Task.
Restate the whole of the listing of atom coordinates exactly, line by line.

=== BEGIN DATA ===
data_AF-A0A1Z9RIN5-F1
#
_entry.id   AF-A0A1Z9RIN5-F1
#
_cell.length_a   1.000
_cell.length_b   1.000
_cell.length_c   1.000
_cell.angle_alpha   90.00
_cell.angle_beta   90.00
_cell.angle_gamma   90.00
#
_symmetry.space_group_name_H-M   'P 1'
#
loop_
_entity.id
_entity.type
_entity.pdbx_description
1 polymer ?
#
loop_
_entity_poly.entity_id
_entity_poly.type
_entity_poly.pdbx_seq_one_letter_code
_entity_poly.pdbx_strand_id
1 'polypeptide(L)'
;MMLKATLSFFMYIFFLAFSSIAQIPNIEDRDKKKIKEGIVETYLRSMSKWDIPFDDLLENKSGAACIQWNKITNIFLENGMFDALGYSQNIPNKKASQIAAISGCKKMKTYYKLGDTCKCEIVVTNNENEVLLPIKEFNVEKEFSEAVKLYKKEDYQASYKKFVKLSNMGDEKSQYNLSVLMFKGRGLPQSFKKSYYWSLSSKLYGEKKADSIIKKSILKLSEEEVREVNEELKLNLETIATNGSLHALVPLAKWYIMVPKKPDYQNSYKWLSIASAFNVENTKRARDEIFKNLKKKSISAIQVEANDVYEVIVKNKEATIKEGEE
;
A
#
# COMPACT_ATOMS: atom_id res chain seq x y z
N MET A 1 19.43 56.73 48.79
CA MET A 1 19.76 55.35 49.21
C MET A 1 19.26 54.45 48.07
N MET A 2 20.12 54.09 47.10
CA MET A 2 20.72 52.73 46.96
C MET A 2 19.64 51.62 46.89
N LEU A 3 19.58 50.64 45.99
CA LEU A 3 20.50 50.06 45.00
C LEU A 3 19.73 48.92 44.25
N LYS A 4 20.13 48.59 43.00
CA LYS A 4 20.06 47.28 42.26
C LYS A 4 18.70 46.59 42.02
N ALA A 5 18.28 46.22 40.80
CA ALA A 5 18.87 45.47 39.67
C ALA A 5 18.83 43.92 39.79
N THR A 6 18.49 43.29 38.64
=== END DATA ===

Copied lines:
data_AF-A0A1Z9RIN5-F1
#
_entry.id   AF-A0A1Z9RIN5-F1
#
_cell.length_a   1.000
_cell.length_b   1.000
_cell.length_c   1.000
_cell.angle_alpha   90.00
_cell.angle_beta   90.00
_cell.angle_gamma   90.00
#
_symmetry.space_group_name_H-M   'P 1'
#
loop_
_entity.id
_entity.type
_entity.pdbx_description
1 polymer ?
#
loop_
_entity_poly.entity_id
_entity_poly.type
_entity_poly.pdbx_seq_one_letter_code
_entity_poly.pdbx_strand_id
1 'polypeptide(L)'
;MMLKATLSFFMYIFFLAFSSIAQIPNIEDRDKKKIKEGIVETYLRSMSKWDIPFDDLLENKSGAACIQWNKITNIFLENGMFDALGYSQNIPNKKASQIAAISGCKKMKTYYKLGDTCKCEIVVTNNENEVLLPIKEFNVEKEFSEAVKLYKKEDYQASYKKFVKLSNMGDEKSQYNLSVLMFKGRGLPQSFKKSYYWSLSSKLYGEKKADSIIKKSILKLSEEEVREVNEELKLNLETIATNGSLHALVPLAKWYIMVPKKPDYQNSYKWLSIASAFNVENTKRARDEIFKNLKKKSISAIQVEANDVYEVIVKNKEATIKEGEE
;
A
#
# COMPACT_ATOMS: atom_id res chain seq x y z
N MET A 1 19.43 56.73 48.79
CA MET A 1 19.76 55.35 49.21
C MET A 1 19.26 54.45 48.07
N MET A 2 20.12 54.09 47.10
CA MET A 2 20.72 52.73 46.96
C MET A 2 19.64 51.62 46.89
N LEU A 3 19.58 50.64 45.99
CA LEU A 3 20.50 50.06 45.00
C LEU A 3 19.73 48.92 44.25
N LYS A 4 20.13 48.59 43.00
CA LYS A 4 20.06 47.28 42.26
C LYS A 4 18.70 46.59 42.02
N ALA A 5 18.28 46.22 40.80
CA ALA A 5 18.87 45.47 39.67
C ALA A 5 18.83 43.92 39.79
N THR A 6 18.49 43.29 38.64